We are in the midst of the ongoing COVID-19 crisis. There are always opportunities for some in times of severe uncertainty, but what about U.S. immigration? Is this a good time to apply for your U.S. visa?
I believe that the present situation means it is actually a great time for some types of individuals to start immigration proceedings, and offer three main arguments.
Many people are under the misapprehension that U.S. immigration is shut down, but this is not the case. All that has changes is that in-person interviews have been suspended, as well as consulate visits, and physically entering the country has gotten more difficult.
On May 23rd, 2020, three agencies are going to meet with President Trump to discuss any evidence that non-immigrant visas are impacting U.S. workers negatively. Non-immigrant visas include the H-1B, the L-1, the P1 and P2 visas, as the O visas among others.
There are reasons to expect this meeting not to go well as concerns non-immigrant visas. One powerful reason is that there are 26 million unemployed Americans — and climbing! Politically, it has always been an easy target to put the blame on foreign nationals, even if they have not taken a job from an American worker
Now is a particularly good time to get your H-1B application in. For a cap-season-based case, those who won the H-1B lotteries have 90 days from March 31st to get your application in, which gives you up to approx. June 29, 2020.
Our advice is to get your non-immigrant worker visa application in as soon as possible, before any impact of the May 23rd meeting goes into effect.
Several green card visas have now become “current”, which means that there is no lead time before application. For example, the EB-1 green card has recently been subject to a fifteen-month waiting period (even longer from some countries). The EB-1s are now current, so right now is a great time to go ahead and start your green card application.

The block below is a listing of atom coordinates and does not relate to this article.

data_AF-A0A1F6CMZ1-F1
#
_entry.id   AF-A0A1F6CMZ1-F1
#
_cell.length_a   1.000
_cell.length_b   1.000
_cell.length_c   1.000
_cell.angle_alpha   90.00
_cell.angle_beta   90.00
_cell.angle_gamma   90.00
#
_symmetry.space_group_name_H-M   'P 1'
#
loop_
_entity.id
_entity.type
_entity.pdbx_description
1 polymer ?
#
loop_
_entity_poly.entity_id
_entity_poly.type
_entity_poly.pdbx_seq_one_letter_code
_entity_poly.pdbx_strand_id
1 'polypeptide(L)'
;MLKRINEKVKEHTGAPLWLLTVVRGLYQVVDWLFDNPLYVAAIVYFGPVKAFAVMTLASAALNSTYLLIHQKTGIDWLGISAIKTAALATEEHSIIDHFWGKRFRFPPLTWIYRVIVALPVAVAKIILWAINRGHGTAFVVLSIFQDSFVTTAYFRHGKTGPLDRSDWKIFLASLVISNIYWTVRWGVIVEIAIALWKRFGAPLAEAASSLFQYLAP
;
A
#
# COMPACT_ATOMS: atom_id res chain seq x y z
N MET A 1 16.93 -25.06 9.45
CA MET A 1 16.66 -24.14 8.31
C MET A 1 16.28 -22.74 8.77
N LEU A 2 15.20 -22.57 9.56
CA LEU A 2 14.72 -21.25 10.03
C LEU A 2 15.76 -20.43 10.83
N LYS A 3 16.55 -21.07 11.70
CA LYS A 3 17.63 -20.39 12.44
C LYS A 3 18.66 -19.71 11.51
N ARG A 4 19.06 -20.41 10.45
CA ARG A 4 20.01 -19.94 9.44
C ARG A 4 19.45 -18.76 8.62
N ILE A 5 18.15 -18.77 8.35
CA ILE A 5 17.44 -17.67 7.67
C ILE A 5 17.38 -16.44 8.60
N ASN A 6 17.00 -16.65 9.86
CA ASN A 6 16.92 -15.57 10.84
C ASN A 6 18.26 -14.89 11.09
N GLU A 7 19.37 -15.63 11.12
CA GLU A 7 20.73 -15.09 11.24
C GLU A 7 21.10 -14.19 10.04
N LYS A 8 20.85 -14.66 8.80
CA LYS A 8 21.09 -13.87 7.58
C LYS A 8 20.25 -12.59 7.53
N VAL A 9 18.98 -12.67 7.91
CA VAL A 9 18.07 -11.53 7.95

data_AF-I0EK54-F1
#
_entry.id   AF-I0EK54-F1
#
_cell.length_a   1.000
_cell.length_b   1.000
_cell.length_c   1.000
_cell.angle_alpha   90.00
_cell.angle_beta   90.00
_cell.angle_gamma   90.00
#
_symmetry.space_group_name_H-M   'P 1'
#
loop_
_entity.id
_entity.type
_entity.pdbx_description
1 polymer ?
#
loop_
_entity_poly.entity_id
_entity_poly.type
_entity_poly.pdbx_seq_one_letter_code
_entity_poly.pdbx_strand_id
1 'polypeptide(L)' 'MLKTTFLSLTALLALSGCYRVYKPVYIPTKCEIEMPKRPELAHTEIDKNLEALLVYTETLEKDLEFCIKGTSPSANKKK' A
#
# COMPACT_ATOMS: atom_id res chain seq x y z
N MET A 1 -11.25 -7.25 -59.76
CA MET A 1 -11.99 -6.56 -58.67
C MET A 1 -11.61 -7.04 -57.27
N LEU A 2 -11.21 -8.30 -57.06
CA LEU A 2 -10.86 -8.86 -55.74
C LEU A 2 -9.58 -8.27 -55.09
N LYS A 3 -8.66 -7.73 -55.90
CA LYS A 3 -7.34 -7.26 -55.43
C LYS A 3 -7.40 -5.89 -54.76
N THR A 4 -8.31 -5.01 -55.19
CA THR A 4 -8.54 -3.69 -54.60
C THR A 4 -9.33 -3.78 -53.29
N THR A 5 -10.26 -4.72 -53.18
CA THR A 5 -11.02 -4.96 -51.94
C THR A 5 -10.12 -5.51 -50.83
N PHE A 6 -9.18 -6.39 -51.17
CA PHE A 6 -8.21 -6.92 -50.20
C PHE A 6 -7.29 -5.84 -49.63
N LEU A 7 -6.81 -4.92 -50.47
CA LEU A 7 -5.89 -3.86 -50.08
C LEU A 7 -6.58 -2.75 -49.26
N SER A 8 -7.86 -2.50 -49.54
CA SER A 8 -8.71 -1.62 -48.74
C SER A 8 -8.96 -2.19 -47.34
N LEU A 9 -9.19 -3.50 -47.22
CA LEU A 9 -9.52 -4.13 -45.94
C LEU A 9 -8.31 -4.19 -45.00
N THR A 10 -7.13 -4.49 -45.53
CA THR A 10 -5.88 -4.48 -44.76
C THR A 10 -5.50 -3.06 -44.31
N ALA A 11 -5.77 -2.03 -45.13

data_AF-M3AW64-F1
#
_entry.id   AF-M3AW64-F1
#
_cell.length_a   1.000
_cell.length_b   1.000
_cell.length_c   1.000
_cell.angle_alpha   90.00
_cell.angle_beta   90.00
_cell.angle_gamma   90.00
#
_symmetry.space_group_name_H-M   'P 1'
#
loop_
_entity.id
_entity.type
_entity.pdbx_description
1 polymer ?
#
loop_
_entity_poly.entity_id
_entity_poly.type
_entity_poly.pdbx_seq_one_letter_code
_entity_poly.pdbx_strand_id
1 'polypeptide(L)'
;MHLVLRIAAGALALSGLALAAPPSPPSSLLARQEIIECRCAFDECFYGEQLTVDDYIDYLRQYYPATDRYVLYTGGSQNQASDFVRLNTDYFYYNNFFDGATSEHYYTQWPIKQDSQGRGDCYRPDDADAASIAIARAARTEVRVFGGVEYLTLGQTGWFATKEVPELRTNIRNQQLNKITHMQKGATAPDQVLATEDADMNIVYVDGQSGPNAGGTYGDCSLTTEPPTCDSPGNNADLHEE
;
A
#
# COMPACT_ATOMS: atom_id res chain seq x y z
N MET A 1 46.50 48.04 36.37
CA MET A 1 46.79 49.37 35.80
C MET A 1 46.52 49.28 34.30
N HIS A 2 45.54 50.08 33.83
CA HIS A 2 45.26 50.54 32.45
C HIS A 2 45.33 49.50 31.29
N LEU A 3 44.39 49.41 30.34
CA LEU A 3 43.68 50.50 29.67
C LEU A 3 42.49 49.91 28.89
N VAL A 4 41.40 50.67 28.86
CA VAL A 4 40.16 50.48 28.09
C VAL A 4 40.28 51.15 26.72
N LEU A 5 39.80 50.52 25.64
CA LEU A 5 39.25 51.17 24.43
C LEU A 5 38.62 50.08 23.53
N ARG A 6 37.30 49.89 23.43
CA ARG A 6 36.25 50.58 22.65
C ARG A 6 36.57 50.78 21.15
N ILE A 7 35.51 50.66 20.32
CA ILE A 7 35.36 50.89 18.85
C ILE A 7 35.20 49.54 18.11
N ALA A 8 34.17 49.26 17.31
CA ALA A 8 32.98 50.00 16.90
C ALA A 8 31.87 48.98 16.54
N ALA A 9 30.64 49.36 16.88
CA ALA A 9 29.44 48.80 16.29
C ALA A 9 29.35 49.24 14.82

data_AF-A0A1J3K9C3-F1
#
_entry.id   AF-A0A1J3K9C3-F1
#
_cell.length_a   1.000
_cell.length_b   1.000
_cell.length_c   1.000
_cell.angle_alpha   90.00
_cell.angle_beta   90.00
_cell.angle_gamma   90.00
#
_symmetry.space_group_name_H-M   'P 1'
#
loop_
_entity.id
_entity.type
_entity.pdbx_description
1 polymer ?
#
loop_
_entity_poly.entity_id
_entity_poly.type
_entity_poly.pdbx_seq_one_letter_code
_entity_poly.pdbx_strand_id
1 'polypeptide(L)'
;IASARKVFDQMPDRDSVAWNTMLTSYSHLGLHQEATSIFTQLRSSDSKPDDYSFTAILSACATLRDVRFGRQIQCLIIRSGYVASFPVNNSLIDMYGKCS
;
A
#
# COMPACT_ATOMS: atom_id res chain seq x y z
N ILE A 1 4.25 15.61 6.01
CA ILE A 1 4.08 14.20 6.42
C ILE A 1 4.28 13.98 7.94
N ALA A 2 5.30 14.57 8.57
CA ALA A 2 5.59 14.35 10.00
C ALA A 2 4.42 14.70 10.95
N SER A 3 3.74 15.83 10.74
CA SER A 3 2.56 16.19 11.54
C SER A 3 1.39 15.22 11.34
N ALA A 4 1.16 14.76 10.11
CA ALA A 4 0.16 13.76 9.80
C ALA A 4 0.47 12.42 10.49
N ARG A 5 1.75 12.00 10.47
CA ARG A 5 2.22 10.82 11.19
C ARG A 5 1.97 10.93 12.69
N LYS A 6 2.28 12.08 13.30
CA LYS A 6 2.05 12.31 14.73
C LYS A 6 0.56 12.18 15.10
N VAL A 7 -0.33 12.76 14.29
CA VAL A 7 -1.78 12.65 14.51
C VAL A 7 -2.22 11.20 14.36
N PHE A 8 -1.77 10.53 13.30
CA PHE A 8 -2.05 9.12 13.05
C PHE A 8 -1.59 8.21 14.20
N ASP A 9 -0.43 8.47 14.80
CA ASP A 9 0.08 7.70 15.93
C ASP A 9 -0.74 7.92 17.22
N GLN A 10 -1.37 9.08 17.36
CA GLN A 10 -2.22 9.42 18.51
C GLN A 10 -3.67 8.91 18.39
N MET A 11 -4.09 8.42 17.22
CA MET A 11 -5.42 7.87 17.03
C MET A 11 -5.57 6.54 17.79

Another very attractive green card right now is the EB-5, which is for foreign investors. If an overseas investor is able to invest $900k to $1.8M into a business in the United States, and create minimum 10 new full-time jobs for U.S. workers in the process, they may qualify for the green card, i.e. full, lifelong immigrant status.
As with many counties, the U.S. is highly indebted to banks and other lenders around the world, so it will be keen to attract new money into the economy. Investors are always looking for new opportunities, and the present environment of crisis means that the American economy needs any stimulus it can get.
Although the President’s recent proclamation halted a range of green card applications from outside of the country, the EB-5 is specifically excluded, so expect waiting times to be shortened accordingly.
About the author: Jon Velie has practiced Immigration law since 1993. He is CEO of OnlineVisas.com., the intelligent Immigration platform. Jon is an Amazon number one best-selling author of H1B Visa: Application & Approval, is regularly covered by major media and has won a number of international awards. Jon can be contacted at firstname.lastname@example.org or 405-310-4333 office or 405-821-5959 mobile.